Bedok Mian Fen Guo (Singapore): Perfect Peanut Pancakes

Bedok Mian Fen GuoMy mother rarely let us have sweets in the house when I was a child — something I have a great appreciation for now. (I realize I have her to thank for my lifelong aversion to soda and overly sugary pastries.)

There was one treat that she shared — rather, showered us with, however: Bee chian kueh.

Magically, this spongey Singaporean pancake — filled with crushed sweet peanuts — would appear in our kitchen, usually following a trip she’d made to the wet market for groceries. It’s typically eaten for breakfast, with strong coffee, or as a late morning snack. When done well, the pancake’s firm sponginess encased in a crispy crust, combined with the crunchy peanut filling, is just delicious. And if you bite into it while it’s still hot, it’s simply divine.

I hadn’t had this pancake in many years — it’s not something I’ve found in the Chinatown haunts of my adopted home, New York, and when I’ve visited Singapore, I’ve tended to focus on crossing off the meals I miss, not snacks I somewhat dimly remember.

In recent years, however, this pancake has started magically appearing in my Singapore kitchen again. One day, my mother took me to a nearby hawker center so I could see why …

If you go to the hawker center and wet market at Block 58 New Upper Changi Road on Singapore’s East Coast any morning, you’ll usually find a small line outside a little stall in the heart of the food centre.

Bedok Mian Fen GuoThe draw here is two shelves of Chinese pancakes. Besides the traditional peanut version (SGD $0.70; USD $0.55), you can also get ones filled with shredded coconut sweetened with gula melaka (palm sugar) for the same price, red bean (SGD $0.60; USD $0.48) and cheese (SGD $0.90; USD $0.72).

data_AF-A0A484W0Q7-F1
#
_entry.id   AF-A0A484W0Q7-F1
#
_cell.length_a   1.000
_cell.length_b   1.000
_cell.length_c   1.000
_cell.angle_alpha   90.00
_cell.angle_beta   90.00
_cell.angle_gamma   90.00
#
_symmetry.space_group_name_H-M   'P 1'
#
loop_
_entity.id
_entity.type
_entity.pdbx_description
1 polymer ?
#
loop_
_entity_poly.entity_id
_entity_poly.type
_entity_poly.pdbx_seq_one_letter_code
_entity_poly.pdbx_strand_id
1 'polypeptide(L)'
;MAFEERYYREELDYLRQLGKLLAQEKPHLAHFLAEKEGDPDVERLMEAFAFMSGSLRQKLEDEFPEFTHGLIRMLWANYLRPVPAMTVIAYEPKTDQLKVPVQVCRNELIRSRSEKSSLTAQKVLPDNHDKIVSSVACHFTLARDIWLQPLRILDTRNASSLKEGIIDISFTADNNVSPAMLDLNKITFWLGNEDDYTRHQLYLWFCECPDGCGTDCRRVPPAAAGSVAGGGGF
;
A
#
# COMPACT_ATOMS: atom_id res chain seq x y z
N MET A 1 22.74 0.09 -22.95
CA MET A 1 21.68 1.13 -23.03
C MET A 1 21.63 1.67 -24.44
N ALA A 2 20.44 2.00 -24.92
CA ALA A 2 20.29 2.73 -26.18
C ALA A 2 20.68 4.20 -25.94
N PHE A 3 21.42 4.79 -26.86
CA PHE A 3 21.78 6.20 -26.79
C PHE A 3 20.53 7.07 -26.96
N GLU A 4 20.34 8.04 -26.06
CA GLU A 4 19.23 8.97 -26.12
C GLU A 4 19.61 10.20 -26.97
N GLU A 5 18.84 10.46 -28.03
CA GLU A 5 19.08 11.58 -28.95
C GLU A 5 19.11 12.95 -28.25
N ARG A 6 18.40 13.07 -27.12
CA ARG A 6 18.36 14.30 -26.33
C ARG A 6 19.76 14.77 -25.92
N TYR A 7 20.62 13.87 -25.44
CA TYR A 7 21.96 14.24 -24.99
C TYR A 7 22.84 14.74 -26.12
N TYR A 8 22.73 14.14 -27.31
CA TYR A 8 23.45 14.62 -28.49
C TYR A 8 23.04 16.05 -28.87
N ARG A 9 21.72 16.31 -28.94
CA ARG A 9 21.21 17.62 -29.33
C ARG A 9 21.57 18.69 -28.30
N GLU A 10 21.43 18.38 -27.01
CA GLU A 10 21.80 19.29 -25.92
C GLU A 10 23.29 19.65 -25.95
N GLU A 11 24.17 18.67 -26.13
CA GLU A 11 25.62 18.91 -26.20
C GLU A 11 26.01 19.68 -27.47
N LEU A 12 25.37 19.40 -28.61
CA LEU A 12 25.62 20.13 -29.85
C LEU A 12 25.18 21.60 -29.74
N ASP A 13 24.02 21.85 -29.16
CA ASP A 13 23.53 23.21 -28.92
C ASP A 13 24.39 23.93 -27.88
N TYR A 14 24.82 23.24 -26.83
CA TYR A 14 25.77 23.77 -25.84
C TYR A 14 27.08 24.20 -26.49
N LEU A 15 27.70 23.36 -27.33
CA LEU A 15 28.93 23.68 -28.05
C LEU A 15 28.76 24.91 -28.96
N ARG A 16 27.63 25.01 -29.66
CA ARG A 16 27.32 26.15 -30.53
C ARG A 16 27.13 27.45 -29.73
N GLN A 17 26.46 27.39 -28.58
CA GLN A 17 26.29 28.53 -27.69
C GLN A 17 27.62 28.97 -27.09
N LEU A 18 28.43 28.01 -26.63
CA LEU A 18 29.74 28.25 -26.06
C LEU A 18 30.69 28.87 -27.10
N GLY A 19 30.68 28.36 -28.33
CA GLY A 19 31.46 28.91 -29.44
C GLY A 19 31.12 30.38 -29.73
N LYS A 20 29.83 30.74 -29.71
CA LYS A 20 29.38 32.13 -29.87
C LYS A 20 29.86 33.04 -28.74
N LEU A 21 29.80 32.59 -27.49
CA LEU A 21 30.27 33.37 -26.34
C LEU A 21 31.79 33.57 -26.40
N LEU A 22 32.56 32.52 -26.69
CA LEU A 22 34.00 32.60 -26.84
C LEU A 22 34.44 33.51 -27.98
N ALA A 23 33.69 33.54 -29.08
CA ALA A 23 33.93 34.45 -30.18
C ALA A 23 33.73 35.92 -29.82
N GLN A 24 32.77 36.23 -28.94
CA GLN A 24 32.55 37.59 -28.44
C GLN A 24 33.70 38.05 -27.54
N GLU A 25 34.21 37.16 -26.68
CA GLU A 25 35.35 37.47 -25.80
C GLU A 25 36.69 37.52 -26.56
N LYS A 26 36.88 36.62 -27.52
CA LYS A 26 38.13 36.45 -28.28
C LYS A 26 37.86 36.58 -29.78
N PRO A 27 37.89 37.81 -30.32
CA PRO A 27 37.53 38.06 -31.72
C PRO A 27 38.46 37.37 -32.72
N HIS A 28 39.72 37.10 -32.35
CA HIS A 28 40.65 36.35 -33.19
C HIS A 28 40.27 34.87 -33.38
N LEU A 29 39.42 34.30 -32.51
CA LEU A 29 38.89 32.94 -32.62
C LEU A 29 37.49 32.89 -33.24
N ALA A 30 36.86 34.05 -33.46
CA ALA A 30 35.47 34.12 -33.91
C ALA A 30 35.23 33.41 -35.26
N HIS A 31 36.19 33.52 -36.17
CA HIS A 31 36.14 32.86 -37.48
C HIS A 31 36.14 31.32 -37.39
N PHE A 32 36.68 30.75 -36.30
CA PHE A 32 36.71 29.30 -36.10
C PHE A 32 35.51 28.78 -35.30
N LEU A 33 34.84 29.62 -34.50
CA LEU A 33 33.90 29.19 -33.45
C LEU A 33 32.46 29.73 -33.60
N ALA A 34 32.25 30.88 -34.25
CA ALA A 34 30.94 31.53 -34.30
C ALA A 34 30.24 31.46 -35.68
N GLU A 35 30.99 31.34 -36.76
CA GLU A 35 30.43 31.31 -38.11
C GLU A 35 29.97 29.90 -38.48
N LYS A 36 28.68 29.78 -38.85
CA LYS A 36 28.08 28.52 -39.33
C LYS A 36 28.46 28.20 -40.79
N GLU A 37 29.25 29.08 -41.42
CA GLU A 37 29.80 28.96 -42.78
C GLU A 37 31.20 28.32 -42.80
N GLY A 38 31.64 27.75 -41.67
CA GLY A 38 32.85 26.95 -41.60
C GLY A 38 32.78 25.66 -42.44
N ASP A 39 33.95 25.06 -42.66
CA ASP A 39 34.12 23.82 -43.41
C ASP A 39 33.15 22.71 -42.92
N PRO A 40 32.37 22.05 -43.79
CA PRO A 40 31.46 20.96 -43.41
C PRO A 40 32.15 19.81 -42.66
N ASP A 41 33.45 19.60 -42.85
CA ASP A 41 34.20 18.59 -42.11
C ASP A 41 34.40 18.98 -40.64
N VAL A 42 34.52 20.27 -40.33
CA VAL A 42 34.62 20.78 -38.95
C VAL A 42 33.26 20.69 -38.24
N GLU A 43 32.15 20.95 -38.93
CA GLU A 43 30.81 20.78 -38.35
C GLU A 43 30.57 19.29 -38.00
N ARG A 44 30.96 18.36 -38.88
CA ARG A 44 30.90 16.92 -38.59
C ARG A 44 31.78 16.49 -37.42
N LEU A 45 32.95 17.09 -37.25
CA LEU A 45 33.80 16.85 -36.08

Bedok Mian Fen GuoI’ve never been a big fan of the red bean version myself, but the coconut one, I adore — and this stall really packs it into their pancakes.

Bedok Mian Fen GuoBut these days — blame my new Western predilections, if you will — my favorite is the cheese version, which particularly appeals to me because it’s not too sweet and has a touch of salty savoriness that’s a lovely juxtaposition with the lightly sweet pancake casing.

(Also, who can resist hot oozy melting cheese in any confection?)

Bedok Mian Fen GuoWhen my mother showed me Bedok Mian Fen Guo, I assumed this was just like any other Chinese pancake hawker in the country. (There’s usually one in every market.)

But a little search showed that it’s actually somewhat recognized. The Straits Times — the national newspaper of Singapore — ran a rave on it in 2013, in fact.

Bedok Mian Fen GuoSo, there you have it. If you find yourself on Singapore’s East Coast some morning and are craving something sweet, you now know where to go.

Bedok Mian Fen Guo, Block 58 New Upper Changi Road, #01-163, Singapore.